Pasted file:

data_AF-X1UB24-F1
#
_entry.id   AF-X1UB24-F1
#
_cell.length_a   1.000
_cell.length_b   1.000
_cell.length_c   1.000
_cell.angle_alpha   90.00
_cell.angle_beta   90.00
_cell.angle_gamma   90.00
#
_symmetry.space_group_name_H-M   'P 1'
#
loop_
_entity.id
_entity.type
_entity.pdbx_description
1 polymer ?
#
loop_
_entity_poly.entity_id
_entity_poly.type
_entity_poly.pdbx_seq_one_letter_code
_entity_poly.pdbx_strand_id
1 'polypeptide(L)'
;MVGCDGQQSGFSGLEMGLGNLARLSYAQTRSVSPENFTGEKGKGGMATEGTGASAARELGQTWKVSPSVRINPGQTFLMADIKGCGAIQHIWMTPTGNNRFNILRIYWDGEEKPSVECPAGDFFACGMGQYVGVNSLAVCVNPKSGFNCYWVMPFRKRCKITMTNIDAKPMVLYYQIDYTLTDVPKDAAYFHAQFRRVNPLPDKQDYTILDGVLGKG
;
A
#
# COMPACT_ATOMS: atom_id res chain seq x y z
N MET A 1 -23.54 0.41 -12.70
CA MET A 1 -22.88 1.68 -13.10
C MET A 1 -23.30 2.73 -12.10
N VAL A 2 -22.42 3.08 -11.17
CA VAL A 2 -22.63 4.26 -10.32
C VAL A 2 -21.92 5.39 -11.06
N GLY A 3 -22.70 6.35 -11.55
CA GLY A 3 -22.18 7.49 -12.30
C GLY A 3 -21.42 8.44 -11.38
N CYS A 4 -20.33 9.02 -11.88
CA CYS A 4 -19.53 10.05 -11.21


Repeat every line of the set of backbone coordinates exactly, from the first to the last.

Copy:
data_AF-X1UB24-F1
#
_entry.id   AF-X1UB24-F1
#
_cell.length_a   1.000
_cell.length_b   1.000
_cell.length_c   1.000
_cell.angle_alpha   90.00
_cell.angle_beta   90.00
_cell.angle_gamma   90.00
#
_symmetry.space_group_name_H-M   'P 1'
#
loop_
_entity.id
_entity.type
_entity.pdbx_description
1 polymer ?
#
loop_
_entity_poly.entity_id
_entity_poly.type
_entity_poly.pdbx_seq_one_letter_code
_entity_poly.pdbx_strand_id
1 'polypeptide(L)'
;MVGCDGQQSGFSGLEMGLGNLARLSYAQTRSVSPENFTGEKGKGGMATEGTGASAARELGQTWKVSPSVRINPGQTFLMADIKGCGAIQHIWMTPTGNNRFNILRIYWDGEEKPSVECPAGDFFACGMGQYVGVNSLAVCVNPKSGFNCYWVMPFRKRCKITMTNIDAKPMVLYYQIDYTLTDVPKDAAYFHAQFRRVNPLPDKQDYTILDGVLGKG
;
A
#
# COMPACT_ATOMS: atom_id res chain seq x y z
N MET A 1 -23.54 0.41 -12.70
CA MET A 1 -22.88 1.68 -13.10
C MET A 1 -23.30 2.73 -12.10
N VAL A 2 -22.42 3.08 -11.17
CA VAL A 2 -22.63 4.26 -10.32
C VAL A 2 -21.92 5.39 -11.06
N GLY A 3 -22.70 6.35 -11.55
CA GLY A 3 -22.18 7.49 -12.30
C GLY A 3 -21.42 8.44 -11.38
N CYS A 4 -20.33 9.02 -11.88
CA CYS A 4 -19.53 10.05 -11.21